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Jul 02 2013

Atheism vs. “The Barbarians”

I fear that the reliance on the Four Horsemen of Atheism has created a small problem with the future of atheism.

In that some of us are so fascinated by them that we often forget that there are other atheists out there who will have to step into the same roles. That we are often unwilling to give the time or space to new atheists and “replace” the people we respect. It is not that there are no thinkers of that calibre but that we aren’t willing to listen to them.

And no more is this clear in the writings of Rabbi Jonathan Sacks at the Spectator.

Future intellectual historians will look back with wonder at the strange phenomenon of seemingly intelligent secularists in the 21st century believing that if they could show that the first chapters of Genesis are not literally true, that the universe is more than 6,000 years old and there might be other explanations for rainbows than as a sign of God’s covenant after the flood, the whole of humanity’s religious beliefs would come tumbling down like a house of cards and we would be left with a serene world of rational non-believers getting on famously with one another.

Rabbi Sachs is right and wrong but for different reasons.

There are people who believe in the Gospel Truth of their faith. That nothing in the Bible is wrong, inaccurate or even considered bad. And they are “low hanging fruit”. They are easy to argue against mainly because they are the people most likely to argue against you.

But that is something we have to do. There are religious individuals who’s literal stance on their holy books means that they are a threat to society. Oh we may fear the bogeyman of Sharia Law but in the USA it’s Christianity that’s the threat. And it’s not the sophisticated kind but the literalist view.

Whatever happened to the intellectual depth of the serious atheists, the forcefulness of Hobbes, the passion of Spinoza, the wit of Voltaire, the world-shattering profundity of Nietzsche? Where is there the remotest sense that they have grappled with the real issues, which have nothing to do with science and the literal meaning of scripture and everything to do with the meaningfulness or otherwise of human life, the existence or non-existence of an objective moral order, the truth or falsity of the idea of human freedom, and the ability or inability of society to survive without the rituals, narratives and shared practices that create and sustain the social bond?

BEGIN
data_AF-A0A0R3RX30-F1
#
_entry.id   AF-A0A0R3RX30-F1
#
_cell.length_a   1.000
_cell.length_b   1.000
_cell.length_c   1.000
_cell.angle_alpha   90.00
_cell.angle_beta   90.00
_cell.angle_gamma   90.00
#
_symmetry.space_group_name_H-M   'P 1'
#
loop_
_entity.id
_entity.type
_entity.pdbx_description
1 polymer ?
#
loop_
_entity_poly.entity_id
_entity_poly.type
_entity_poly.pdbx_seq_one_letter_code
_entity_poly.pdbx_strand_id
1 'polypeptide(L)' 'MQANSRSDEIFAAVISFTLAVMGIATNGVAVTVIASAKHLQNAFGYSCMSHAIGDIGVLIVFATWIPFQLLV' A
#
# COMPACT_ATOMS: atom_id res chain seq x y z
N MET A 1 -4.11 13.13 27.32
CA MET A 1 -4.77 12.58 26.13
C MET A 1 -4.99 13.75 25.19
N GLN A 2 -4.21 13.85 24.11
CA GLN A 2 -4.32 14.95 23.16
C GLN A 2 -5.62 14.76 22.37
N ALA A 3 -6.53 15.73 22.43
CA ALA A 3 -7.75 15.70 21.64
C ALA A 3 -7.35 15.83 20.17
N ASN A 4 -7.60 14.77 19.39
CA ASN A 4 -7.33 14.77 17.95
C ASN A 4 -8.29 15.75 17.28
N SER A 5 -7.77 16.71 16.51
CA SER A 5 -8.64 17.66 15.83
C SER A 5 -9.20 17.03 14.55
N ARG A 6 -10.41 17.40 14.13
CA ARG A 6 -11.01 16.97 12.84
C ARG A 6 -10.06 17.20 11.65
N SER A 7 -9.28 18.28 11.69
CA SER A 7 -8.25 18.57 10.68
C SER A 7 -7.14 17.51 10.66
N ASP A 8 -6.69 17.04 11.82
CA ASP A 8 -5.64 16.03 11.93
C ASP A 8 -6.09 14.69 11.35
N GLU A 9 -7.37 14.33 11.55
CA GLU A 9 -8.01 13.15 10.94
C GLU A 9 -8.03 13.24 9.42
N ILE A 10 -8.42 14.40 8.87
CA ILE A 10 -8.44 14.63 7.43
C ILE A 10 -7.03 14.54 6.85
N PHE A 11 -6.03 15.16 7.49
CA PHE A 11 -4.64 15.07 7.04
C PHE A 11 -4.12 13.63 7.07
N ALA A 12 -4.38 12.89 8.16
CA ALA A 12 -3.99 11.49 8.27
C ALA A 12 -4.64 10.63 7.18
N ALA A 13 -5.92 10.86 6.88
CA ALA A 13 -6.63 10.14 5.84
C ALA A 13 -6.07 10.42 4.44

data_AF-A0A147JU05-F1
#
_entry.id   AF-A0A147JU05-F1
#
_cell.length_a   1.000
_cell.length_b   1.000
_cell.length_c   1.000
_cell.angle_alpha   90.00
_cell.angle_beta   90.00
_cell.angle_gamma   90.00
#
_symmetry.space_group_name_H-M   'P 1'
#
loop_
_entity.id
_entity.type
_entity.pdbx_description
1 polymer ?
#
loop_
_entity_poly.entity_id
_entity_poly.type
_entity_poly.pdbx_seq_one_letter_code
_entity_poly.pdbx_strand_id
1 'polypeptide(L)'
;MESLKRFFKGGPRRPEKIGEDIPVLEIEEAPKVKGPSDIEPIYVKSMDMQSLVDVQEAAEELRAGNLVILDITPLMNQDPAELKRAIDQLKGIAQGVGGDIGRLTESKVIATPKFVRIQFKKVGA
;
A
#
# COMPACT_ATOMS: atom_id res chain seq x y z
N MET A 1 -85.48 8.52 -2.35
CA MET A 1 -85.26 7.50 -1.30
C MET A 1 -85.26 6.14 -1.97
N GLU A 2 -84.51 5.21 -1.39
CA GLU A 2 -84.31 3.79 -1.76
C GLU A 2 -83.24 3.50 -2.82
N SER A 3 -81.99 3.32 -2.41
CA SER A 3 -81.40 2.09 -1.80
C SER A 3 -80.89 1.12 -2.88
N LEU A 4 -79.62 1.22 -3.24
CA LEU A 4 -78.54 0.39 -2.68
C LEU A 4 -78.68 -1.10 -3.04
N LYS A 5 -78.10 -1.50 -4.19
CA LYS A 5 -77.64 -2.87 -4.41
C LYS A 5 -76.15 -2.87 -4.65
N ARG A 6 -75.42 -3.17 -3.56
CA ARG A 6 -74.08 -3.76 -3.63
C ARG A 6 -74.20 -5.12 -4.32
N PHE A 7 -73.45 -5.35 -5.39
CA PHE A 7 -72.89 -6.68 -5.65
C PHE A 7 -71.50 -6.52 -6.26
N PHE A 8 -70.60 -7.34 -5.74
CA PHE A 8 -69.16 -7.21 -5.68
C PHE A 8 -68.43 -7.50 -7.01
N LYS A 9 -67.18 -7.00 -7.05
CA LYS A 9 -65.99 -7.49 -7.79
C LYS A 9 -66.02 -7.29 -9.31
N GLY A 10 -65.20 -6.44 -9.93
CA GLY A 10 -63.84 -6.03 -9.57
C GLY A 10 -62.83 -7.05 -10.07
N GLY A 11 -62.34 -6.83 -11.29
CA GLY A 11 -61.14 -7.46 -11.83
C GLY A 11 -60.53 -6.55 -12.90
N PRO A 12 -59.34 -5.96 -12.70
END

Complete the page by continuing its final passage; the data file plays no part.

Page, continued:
Well. We do have the might of Thunderf00t.

Okay I can see his point here….

We do have meaning to our lives, it’s just that we recognise that different people value different things. From Money to Love to Friendship to Experience. While some we consider “bad” like “Wealth” and good like “Friendship”, we cannot deny that money is a driving force for some people. However Human Life is in itself meaningless for the most part. In the grand scheme of things everything you do is meanignless. How it affects humans is how we judge whether actions have meaning or not.

And not there is no objective moral order. Our entire moral codes is subject to rational discussion and debate as to the pros and cons of the moral codes we follow and whether they should be followed or not.

A significant area of intellectual discourse — the human condition sub specie aeternitatis — has been dumbed down to the level of a school debating society. Does it matter? Should we not simply accept that just as there are some people who are tone deaf and others who have no sense of humour, so there are some who simply do not understand what is going on in the Book of Psalms, who lack a sense of transcendence or the miracle of being, who fail to understand what it might be to see human life as a drama of love and forgiveness or be moved to pray in penitence or thanksgiving? Some people get religion; others don’t. Why not leave it at that?

Because it’s not enough that some people get religion. They get awfully antsy that others don’t get religion and then try and insert their religion into “practically everything” as if they were paid to advertise the damn thing.

We have no quarrel with people who quietly go to Church, I don’t believe in it. If that’s what you need to live your life the way you want to, then that’s your decision. However if you then decided to excuse the fact that you don’t want women to have access to basic healthcare or to teach children fairy tales in science class or legalise discrimination against minority groups… then we cannot “leave it”.

Fair enough, perhaps. But not, I submit, for readers of The Spectator, because religion has social, cultural and political consequences, and you cannot expect the foundations of western civilisation to crumble and leave the rest of the building intact. That is what the greatest of all atheists, Nietzsche, understood with terrifying clarity and what his -latter-day successors fail to grasp at all.

Except we have seen such collapses such as in Scandinavia where the loss of religion hasn’t caused the break down of society.

In fact, if you remove every reference to Christianity from the documents that make up the Constitution of the United Kingdom and leave the framework behind the nation will still function.

Nietzsche looked to the revolutions of the time but failed to understand that the revolutions failed because of the level of change they caused. The French Revolution was practically the destruction of a nation and the replacement of an entire order that was distrusted and disliked.

The Russian Revolution was a revolt by serf and peasants backed up with a core of intellectuals who tried to replace monarchy and failed. The problem was that the violence of the transitions resulted in violent men taking the fore. The ends justified the means and that caused a downward spiral of what is acceptable until what was acceptable should not have been. Religious people are also subject to that.